The Sega VR is basically a head-tracking virtual reality headset that was under development by the game company in 1993. There were versions were planned for both arcades and consoles (Genesis + Saturn), but only the arcade version was released, while the home console versions were cancelled. The Sega VR was based on an IDEO virtual reality headset (HMD) with LCD screens in the visor and stereo headphones. Inertial sensors in the headset allowed the system to track and react to the movements of the user’s head. Because of development difficulties, the console Sega VR headset remained only a prototype, and was never released to the general public. Then CEO Tom Kalinske stated that the system was not released due to it inducing motion sickness and severe headaches in users. Continue reading for more. Click here to view some bonus retro gaming ads.
5. Atari Mirai (1989)
Atari allegedly partnered with SNK to create a more affordable home Neo-Geo console, and the Mirai was the result. Unfortunately, things didn’t quite work out, and SNK went on to release their own home consoles, but at least one prototype console still exists to the day. Now the one thing we don’t know is if the box above was actually functional.
4. UltraVision Video Arcade System (1983)
The Ultravision Video Arcade System (VAS) was an unreleased gaming console announced in 1983. The system was composed of a standard 10″ color television integrated with the game console, and controlled by two 16-direction joysticks with top-mounted buttons. It could run off either AC or DC power, making it portable by allowing it to run off a car battery. In addition to supporting its own line of game cartridges, the console was intended to have plugin modules that would have supported the ColecoVision and Atari 2600 game libraries.
3. Panasonic M2 (1996)
The Panasonic M2 was a video game console design developed by 3DO and then sold to Matsushita. Initially announced as an add-on chip for the 3DO Interactive Multiplayer with a custom PowerPC microprocessor, it eventually became a standalone console and was exhibited and demonstrated at the 1996 Electronic Entertainment Expo. Before it could be released, however, Matsushita cancelled the project in mid-1997, unwilling to compete against fellow Japanese electronics giant Sony’s PlayStation and Nintendo’s N64, both of which had recently had several top-selling games released for them.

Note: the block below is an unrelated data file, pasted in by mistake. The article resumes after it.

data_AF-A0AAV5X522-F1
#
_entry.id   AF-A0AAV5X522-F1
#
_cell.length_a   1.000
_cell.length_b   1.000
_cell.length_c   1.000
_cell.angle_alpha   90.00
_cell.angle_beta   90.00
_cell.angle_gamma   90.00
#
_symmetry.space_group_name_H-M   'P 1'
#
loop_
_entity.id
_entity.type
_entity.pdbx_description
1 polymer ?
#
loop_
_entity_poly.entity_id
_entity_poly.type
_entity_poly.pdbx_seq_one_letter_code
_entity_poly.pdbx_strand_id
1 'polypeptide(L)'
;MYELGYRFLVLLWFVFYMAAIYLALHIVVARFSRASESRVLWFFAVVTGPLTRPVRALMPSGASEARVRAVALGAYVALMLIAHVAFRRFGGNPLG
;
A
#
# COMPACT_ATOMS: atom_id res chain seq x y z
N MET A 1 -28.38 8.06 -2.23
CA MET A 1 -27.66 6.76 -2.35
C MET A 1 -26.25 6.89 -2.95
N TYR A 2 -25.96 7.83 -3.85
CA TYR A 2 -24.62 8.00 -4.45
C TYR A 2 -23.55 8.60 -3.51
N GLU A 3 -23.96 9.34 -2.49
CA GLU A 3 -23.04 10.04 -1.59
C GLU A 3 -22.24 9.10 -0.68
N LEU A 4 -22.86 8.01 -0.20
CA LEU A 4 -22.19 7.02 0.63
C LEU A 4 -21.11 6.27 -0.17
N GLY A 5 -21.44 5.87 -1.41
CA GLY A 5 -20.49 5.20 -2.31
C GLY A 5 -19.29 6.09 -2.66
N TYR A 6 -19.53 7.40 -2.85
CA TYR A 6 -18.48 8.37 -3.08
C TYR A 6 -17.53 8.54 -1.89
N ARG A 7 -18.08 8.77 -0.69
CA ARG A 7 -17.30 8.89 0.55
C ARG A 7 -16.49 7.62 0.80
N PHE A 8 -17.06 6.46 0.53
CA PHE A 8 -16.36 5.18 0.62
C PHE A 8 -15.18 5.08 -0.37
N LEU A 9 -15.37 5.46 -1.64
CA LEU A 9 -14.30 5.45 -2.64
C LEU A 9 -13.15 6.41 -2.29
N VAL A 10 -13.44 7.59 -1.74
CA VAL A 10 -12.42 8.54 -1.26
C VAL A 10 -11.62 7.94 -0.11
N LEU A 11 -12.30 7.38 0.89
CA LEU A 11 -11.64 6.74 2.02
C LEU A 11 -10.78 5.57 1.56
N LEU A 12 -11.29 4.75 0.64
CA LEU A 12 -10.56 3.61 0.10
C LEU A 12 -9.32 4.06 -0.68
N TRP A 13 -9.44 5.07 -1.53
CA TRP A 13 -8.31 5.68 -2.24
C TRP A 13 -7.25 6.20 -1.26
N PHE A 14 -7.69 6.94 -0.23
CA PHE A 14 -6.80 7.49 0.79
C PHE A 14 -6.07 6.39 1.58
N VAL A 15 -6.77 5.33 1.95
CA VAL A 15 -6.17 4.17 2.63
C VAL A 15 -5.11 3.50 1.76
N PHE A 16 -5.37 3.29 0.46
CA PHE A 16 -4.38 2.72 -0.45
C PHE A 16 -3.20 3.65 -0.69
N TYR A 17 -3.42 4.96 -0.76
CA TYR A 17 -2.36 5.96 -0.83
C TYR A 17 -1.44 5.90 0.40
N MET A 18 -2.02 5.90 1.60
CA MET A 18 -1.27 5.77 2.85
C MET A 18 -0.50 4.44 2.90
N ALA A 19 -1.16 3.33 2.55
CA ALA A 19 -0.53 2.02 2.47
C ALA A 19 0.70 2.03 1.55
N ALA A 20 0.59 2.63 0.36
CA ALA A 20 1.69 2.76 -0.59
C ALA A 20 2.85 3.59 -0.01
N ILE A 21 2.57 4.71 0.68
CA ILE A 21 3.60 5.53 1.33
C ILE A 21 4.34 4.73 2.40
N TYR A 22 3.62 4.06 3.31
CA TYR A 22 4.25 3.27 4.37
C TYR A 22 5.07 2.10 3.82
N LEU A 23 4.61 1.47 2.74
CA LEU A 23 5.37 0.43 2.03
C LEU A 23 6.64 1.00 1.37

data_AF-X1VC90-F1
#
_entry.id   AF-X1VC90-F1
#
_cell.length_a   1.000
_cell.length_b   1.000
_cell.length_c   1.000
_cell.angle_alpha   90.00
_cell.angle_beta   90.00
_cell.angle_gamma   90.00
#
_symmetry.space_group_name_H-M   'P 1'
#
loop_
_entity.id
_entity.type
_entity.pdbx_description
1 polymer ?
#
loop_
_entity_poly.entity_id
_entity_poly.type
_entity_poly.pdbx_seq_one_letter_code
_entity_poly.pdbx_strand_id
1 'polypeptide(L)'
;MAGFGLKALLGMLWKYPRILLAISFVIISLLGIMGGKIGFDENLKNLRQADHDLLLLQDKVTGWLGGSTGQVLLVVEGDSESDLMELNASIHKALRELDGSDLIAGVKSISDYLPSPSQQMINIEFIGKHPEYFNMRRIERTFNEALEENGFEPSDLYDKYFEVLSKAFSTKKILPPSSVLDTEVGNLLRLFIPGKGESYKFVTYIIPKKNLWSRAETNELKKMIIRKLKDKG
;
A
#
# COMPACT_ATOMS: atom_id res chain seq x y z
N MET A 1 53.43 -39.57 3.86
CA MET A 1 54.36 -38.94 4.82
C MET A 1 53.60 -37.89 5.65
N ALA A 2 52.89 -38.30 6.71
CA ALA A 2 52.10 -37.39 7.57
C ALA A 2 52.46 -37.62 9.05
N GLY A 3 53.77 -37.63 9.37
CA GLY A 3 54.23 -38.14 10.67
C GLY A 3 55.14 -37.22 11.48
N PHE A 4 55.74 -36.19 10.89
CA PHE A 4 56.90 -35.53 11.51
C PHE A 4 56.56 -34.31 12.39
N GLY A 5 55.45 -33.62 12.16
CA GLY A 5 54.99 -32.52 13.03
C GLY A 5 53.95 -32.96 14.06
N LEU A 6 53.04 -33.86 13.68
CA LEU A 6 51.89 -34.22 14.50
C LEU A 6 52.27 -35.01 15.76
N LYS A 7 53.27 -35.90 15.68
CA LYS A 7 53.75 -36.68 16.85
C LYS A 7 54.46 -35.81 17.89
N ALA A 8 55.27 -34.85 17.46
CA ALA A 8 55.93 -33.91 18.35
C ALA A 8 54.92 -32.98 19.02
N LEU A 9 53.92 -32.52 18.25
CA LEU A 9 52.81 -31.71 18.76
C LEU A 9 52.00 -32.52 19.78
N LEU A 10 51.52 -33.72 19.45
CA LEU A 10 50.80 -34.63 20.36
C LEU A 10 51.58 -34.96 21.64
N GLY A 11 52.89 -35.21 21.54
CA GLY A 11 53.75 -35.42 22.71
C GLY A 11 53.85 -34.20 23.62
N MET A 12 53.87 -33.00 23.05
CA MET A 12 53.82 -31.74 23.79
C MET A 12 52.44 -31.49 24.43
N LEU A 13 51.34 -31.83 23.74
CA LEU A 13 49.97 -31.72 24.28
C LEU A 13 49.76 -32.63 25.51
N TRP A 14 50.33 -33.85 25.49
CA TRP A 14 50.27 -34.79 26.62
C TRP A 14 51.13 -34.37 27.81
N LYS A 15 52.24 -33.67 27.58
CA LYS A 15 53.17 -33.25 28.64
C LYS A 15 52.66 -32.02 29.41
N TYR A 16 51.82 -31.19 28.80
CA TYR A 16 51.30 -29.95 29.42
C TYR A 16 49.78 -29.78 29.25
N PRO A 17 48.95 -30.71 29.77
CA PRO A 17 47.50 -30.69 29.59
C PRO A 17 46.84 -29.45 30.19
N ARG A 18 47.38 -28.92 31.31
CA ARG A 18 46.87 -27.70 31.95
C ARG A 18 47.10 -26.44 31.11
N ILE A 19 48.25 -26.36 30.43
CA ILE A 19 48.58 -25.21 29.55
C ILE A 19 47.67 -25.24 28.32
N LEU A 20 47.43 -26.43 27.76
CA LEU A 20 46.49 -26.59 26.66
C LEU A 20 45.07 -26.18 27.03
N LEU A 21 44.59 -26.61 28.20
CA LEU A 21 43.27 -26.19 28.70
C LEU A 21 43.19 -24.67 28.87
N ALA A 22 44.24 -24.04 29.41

2. Atari Cosmos (1981)
The Atari Cosmos was an unreleased product by Atari Inc. for the handheld/tabletop electronic game system market that uses holography to improve the display. It is similar to other small electronic games of the era that used a simple LED-based display, but superimposes a two-layer holographic image over the LEDs for effect. Two small lights lite up one or both of the holographic images depending on the game state. The system was never released, and is now a coveted collector’s item.
1. Konix Multisystem (1988)
The Konix Multisystem began life in 1988 as an advanced Konix peripheral design intended to build on the success of the company’s range of joysticks. The design, codenamed Slipstream, resembled a dashboard-style games controller, and could be configured with a steering wheel, a flight yoke, and motorbike handles. It promised advanced features such as force feedback, hitherto unheard of in home gaming. Flare were specifically aiming their machine at the gaming market, eschewing such features as 80 column text display (considered the requisite for business applications such as word processing) in favour of faster graphics handling. This meant that in spite of its modest 8-bit CPU the system compared well against the 16-bit machines in the market at the time. It could move sprites and block graphics faster than an Atari ST, and in 256 colors under conditions when the ST would only show 16 colors. It could also draw lines 3 times faster than an Amiga and even handle the maths of 3D models faster than the 32-bit Acorn Archimedes.In spite of these specifications and bearing in mind their target gaming market, Flare aimed to retail their machine for around £200, half of what the Amiga and ST were selling for. Ultimately, Flare’s resources to put it into mass production were limited.